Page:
New York lawmakers recently passed the state’s $175.5 billion budget, and the business community was pleased that the permanent property tax cap was included, while other measures, like a bill expanding prevailing wages, was left out – at least for now.
City & State spoke with Ken Pokalsky, vice president of the Business Council of New York State, about the big victories for businesses and what’s on the organization’s agenda in the final few months of the legislative session. The following interview is edited for length and clarity.
Why was the property tax cap a win for business owners?
There are four major reasons. One is that New York state property taxes are historically, disproportionately high. Two is that the property tax cap is having the effect of bringing New York state’s historically high property taxes back, sort of bent toward the median of what states do. Three, 40% of all property taxes in New York are paid by business. So, it’s a big number for business. And four, for a lot of businesses, it’s the largest tax they pay in New York state. So it’s a material issue. The property tax cap is making it, arguably, better.It does not apply in New York City. So that’s the major caveat. But for the rest of the state, it’s a really useful thing for businesses who are sensitive to the disproportionately high cost of doing business in New York state.
What fell out of the budget that you had opposed?
Single-payer health care never really made it into the budget. It was really sort of off the table early on for as a serious matter. That was by far the biggest number of anything. The second biggest one was the governor’s climate change proposal. And a lot of people may have looked at it and said, well this is setting targets for 2030 and 2050, but it directed, mandated, the Department of Environmental Conservation to start adopting enforceable regulatory limits on carbon emissions within four years. That could apply to any source of emissions, commercial buildings, commercial activities, heating and powering commercial offices and activities, residential properties, off-road vehicles, all of the above in a state that’s already one of the most carbon efficient of any states. It would, in very near terms, impose additional regulatory limits in compliance costs. Potentially everybody in New York would see hardly any material impact on global emissions. I’m sure we’ll continue to talk about climate change issues post-budget. The third one was the extension of prevailing wage. That certainly will be the post-budget issue. A lot of other things fell off the table that I don’t think many people would have much sympathy for, but a whole new set of more stringent regulations, registered lobbyists to the state, the governor’s extension and modification of the MWBE program that fell out, almost everything related to campaign finance or ethics reform fell out.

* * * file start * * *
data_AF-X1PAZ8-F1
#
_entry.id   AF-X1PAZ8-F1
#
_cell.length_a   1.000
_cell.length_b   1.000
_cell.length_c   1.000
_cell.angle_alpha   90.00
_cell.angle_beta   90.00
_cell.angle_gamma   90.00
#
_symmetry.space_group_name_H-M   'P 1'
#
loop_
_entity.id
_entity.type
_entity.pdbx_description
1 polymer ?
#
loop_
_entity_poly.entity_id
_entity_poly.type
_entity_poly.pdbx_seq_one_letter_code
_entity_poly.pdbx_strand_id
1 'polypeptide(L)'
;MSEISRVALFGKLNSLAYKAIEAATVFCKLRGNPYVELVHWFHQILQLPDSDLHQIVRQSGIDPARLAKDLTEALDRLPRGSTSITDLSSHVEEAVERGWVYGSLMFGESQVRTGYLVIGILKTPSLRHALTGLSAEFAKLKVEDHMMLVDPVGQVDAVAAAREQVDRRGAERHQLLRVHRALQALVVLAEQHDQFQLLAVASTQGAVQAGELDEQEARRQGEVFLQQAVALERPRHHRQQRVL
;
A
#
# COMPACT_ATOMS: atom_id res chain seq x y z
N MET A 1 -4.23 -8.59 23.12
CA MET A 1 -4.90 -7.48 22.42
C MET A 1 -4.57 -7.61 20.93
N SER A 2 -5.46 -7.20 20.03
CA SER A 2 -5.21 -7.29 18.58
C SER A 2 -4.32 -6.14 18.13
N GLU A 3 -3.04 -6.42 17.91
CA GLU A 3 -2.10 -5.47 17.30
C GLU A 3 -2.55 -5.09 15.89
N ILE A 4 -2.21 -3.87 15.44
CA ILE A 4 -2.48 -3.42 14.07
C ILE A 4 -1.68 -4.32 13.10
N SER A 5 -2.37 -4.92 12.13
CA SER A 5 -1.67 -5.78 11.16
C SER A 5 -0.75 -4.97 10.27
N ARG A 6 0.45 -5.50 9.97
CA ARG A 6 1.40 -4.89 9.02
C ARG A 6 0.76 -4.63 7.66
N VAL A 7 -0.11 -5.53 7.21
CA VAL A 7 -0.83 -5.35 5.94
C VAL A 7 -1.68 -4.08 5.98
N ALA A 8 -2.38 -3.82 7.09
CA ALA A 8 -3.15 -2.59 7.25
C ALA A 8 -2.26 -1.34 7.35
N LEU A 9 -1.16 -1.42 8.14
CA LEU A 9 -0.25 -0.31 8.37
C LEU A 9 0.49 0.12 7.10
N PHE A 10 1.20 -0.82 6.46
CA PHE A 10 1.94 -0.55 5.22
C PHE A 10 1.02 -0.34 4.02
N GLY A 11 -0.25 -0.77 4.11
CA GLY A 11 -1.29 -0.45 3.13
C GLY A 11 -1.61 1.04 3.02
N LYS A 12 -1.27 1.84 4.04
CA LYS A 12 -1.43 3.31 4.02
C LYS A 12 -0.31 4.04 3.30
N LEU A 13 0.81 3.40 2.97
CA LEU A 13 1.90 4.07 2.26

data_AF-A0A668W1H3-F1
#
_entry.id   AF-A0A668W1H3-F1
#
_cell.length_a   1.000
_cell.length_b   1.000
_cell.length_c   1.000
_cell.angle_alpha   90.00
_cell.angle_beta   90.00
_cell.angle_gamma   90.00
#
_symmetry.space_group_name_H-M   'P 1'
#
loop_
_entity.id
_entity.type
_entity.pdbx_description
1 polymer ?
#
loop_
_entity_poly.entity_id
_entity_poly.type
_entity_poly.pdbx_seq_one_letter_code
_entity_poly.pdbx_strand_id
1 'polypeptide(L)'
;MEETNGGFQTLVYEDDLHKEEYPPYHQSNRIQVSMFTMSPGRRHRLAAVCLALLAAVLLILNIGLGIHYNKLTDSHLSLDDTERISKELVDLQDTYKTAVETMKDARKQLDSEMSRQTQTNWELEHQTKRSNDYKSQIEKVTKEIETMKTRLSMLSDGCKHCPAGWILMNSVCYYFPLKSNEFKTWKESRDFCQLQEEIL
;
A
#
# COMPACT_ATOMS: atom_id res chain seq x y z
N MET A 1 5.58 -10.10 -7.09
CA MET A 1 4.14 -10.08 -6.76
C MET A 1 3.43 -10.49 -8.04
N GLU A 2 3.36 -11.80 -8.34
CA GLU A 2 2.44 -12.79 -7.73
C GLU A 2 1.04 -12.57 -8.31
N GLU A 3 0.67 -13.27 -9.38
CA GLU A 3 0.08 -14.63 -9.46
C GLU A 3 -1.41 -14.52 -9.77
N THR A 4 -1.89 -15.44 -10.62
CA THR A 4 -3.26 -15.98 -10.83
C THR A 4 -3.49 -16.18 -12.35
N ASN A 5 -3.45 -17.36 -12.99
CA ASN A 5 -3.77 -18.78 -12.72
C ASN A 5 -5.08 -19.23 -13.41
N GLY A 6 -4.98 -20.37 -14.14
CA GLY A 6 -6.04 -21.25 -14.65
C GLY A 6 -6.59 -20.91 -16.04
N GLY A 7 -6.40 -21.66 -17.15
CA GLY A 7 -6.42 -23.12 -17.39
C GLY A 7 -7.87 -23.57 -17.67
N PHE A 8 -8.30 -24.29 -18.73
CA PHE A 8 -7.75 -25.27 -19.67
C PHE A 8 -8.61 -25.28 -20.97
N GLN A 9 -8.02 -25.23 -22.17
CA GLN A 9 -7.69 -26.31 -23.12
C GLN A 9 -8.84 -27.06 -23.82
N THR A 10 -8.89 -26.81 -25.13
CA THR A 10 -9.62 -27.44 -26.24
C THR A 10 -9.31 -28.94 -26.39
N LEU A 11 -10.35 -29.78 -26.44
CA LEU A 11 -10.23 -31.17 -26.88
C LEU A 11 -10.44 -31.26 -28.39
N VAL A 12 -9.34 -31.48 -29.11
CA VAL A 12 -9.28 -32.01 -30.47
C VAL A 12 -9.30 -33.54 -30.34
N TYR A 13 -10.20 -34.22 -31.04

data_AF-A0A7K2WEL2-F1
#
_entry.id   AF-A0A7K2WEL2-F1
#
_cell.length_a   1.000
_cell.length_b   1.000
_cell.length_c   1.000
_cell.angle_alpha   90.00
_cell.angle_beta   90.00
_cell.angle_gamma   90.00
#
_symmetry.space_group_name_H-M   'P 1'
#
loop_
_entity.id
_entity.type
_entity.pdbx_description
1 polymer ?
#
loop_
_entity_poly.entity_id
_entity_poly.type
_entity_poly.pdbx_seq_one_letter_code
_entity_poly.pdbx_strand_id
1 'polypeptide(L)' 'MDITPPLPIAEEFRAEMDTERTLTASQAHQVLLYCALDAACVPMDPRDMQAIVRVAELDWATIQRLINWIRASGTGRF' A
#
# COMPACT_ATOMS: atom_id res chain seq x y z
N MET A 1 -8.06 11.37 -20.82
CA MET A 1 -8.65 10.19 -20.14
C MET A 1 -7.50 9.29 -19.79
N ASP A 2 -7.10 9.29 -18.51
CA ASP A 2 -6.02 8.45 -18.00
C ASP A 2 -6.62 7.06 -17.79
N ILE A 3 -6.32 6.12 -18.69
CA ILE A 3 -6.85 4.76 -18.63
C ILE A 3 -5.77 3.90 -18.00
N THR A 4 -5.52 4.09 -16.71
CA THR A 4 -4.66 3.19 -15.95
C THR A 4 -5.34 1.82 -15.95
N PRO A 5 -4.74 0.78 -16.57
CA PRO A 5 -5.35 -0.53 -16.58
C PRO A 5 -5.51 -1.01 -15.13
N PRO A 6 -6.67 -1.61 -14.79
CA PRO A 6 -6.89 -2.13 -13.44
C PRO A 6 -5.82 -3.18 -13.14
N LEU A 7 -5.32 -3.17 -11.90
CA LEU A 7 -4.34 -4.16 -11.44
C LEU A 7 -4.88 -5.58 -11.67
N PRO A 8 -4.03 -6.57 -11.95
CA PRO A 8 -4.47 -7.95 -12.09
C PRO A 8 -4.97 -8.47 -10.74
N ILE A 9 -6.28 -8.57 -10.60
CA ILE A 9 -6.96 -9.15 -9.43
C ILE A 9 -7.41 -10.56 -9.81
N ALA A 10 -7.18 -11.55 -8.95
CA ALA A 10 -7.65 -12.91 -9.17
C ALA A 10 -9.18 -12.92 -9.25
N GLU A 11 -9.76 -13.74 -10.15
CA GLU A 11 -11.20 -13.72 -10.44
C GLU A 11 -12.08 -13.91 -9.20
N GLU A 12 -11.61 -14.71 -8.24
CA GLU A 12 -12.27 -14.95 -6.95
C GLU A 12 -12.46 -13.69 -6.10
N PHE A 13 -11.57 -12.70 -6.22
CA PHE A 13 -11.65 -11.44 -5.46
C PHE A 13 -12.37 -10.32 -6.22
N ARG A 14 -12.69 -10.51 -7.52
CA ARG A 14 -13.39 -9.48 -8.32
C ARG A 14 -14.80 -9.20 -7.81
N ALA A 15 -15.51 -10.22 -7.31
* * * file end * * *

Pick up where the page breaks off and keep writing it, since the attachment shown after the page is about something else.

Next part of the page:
What were your concerns with minority- and women-owned businesses, or MWBEs?
It will lock the state into an unrealistic and we believe, frankly, an unconstitutional standard for MWBE participation in state contracts. It was an unsupportably high assertion of what percentage of contractors in the state were MWBEs and that sets the target for more contracts. It was simply unworkable. It did not provide original differentiations in terms of minority contracting capabilities and the list goes on from there. It would just be an unworkable, or difficult to comply with, a burden on anyone doing state contracts. It’s not just construction. It could be applied to a contract for anything with the state, whether it’s accounting services or financial services or even the selling of commodities could have some of the mandates attached to it. We would support a reasonable reform sort of program and one that’s really more aimed at supporting the business of MWBE rather than unrealistic participation mandates.
Which items are going to be most important post-budget?
I think prevailing wage will probably be the one to get the most attention. What’s likely to come out of it, I think, has the biggest potential adverse impact. I think they’ll probably do some work on climate. I don’t think it’s anywhere near as broad as what the governor proposed. So, I would say the prevailing wage piece is probably one of our biggest concerns post-budget.
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